Astronomers recently discovered a wall of galaxies 1 billion light years across, larger than anything else yet identified in the cosmos
The English language has a few limitations. One such problem is describing size—words like big, humongous and immense don’t come close to describing the objects astronomers are discovering in deep space. There are definitely no words to describe their latest find, dubbed the BOSS Great Wall, which is a supercluster of galaxies over 1 billion light years across, making it the largest structure observed in the universe so far.
The BOSS is named after the Baryon Oscillation Spectroscopic Survey—an international effort to map galaxies and quasars in the early universe—and is like cosmic webbing. This wall is made up of 830 separate galaxies that gravity has corralled into four superclusters, connected by massive filaments of hot gas, Joshua Sokol reports for New Scientist. This creates a twisting structure that resembles a cosmic honeycomb.
“On the grandest scales, the universe resembles a cosmic web of matter surrounding empty voids – and these walls are the thickest threads,” he writes.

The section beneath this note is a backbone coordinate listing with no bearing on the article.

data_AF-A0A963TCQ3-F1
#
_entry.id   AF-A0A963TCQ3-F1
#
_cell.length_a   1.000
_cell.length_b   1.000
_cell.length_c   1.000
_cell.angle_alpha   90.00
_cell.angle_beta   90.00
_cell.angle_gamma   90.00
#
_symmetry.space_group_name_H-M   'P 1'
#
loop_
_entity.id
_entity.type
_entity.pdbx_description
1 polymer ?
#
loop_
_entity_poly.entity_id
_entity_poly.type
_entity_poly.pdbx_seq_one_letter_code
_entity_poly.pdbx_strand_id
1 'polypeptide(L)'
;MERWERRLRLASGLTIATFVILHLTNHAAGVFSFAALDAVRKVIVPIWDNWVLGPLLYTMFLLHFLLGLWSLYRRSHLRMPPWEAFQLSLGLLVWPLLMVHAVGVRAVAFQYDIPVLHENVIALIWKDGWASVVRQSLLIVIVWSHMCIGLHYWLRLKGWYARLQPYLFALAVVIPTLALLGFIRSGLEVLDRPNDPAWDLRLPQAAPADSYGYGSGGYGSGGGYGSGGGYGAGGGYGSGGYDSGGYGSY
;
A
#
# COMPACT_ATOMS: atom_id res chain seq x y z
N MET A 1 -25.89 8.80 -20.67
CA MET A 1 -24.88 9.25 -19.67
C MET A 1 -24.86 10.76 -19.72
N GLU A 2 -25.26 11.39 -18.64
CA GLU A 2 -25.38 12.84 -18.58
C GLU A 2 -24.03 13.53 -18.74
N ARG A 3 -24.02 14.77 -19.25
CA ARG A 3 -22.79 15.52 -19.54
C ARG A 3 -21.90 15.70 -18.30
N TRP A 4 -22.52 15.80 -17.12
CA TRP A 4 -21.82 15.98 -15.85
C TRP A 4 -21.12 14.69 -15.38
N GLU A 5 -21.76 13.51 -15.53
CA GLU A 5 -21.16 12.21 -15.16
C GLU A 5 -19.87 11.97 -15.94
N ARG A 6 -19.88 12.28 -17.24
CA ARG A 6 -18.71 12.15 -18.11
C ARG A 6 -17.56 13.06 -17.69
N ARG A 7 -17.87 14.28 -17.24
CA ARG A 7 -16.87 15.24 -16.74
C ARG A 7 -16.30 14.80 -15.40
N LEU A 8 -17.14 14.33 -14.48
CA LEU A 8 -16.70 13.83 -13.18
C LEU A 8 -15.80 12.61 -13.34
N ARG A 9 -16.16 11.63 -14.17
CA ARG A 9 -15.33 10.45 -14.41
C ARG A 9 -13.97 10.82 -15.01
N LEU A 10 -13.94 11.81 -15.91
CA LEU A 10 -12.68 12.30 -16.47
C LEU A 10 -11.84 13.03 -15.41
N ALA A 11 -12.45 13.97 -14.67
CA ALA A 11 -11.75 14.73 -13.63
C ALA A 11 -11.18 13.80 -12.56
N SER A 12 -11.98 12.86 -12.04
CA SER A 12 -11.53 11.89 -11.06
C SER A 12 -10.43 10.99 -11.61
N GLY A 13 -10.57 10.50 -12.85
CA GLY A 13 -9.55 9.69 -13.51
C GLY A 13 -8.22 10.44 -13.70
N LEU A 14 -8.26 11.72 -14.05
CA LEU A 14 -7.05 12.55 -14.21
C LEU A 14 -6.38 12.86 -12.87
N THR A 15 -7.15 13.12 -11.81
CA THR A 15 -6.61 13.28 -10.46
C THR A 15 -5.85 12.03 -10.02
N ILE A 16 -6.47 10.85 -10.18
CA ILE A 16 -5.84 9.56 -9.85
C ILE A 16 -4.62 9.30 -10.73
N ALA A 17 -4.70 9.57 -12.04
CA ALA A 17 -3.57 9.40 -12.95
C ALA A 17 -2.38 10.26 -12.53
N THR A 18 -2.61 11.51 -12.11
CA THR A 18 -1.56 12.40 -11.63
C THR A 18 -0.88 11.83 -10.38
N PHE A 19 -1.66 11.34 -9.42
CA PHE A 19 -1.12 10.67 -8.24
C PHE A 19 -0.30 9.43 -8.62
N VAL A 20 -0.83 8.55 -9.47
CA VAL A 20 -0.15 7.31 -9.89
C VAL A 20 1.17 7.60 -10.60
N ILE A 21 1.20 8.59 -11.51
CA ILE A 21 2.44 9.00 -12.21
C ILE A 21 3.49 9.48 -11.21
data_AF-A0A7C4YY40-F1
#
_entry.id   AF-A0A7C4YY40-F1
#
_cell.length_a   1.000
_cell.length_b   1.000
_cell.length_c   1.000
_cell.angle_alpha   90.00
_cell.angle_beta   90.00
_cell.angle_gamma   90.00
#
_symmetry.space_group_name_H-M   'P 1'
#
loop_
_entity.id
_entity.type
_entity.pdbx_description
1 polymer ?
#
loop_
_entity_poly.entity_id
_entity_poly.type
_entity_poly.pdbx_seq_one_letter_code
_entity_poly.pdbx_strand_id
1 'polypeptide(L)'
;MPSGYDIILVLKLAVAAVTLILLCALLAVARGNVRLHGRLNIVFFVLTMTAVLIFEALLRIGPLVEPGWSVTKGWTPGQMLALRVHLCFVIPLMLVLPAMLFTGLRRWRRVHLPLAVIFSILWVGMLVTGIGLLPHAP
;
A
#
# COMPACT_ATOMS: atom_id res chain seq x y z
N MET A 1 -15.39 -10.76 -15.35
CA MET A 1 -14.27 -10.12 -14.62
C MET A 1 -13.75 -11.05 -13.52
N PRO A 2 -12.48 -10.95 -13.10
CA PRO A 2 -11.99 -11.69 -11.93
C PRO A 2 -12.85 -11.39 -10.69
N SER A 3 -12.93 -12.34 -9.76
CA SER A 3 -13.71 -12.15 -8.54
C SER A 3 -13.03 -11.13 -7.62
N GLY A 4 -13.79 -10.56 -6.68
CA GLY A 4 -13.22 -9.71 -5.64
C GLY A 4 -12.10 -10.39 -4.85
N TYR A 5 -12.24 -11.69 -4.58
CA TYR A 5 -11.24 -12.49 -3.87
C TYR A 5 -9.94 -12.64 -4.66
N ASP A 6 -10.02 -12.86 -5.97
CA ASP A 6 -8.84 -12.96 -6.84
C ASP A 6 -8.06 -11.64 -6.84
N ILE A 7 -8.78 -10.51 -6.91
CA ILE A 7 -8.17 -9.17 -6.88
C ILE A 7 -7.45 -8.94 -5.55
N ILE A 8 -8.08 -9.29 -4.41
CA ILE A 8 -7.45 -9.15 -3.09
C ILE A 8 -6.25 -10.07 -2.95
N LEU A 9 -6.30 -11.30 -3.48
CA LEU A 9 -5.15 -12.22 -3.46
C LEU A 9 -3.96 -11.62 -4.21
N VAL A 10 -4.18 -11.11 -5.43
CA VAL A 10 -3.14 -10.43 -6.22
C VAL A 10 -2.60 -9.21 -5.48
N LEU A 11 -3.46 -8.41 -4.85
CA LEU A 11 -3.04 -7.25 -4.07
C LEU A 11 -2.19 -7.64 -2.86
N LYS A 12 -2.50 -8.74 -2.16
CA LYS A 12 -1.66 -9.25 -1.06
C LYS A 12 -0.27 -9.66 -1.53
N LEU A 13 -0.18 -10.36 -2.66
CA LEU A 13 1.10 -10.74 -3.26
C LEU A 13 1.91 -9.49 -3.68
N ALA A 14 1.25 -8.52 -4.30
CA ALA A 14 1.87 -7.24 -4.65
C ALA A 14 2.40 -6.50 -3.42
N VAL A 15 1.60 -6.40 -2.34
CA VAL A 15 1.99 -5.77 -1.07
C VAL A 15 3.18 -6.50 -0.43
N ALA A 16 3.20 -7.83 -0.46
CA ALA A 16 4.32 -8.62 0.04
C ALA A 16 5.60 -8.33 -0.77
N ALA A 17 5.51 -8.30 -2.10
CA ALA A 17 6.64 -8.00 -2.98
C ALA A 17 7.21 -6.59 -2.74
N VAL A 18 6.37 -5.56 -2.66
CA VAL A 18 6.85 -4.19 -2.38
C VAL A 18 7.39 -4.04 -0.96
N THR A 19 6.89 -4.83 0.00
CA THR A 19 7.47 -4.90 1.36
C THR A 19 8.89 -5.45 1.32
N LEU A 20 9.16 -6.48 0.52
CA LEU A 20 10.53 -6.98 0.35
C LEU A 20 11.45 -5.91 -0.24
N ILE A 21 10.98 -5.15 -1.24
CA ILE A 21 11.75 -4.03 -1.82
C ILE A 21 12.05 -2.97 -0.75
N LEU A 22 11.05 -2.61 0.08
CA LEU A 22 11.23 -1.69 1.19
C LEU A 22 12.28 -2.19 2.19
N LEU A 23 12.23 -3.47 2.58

Lurking 4.5 to 6.5 billion lightyears away, the BOSS has an estimated mass 10,000 times greater than our own Milky Way and recently described the find in the journal Astronomy & Astrophysics.
Sky News explains that the BOSS is two thirds bigger than the previous record holder, the Sloan Great Wall, which was discovered in 2003. It also dwarfs both the CfA2 Wall discovered in 1989 and the Laniakea supercluster—the neighborhood where our own Milky Way resides.
Not everyone is convinced that the BOSS is truly the biggest, though. “I don’t entirely understand why they are connecting all of these features together to call them a single structure,” Allison Coil of the University of California in San Diego tells New Scientist. “There are clearly kinks and bends in this structure that don’t exist, for example, in the Sloan Great Wall.”
But it’s not really the size of the wall that counts. Superclusters and cosmic walls like the BOSS and Sloan are helping researchers model the physics of the big bang and map the shape of the universe. And, if the pace of research keeps up, it’s unlikely the BOSS will keep the corner office for very long.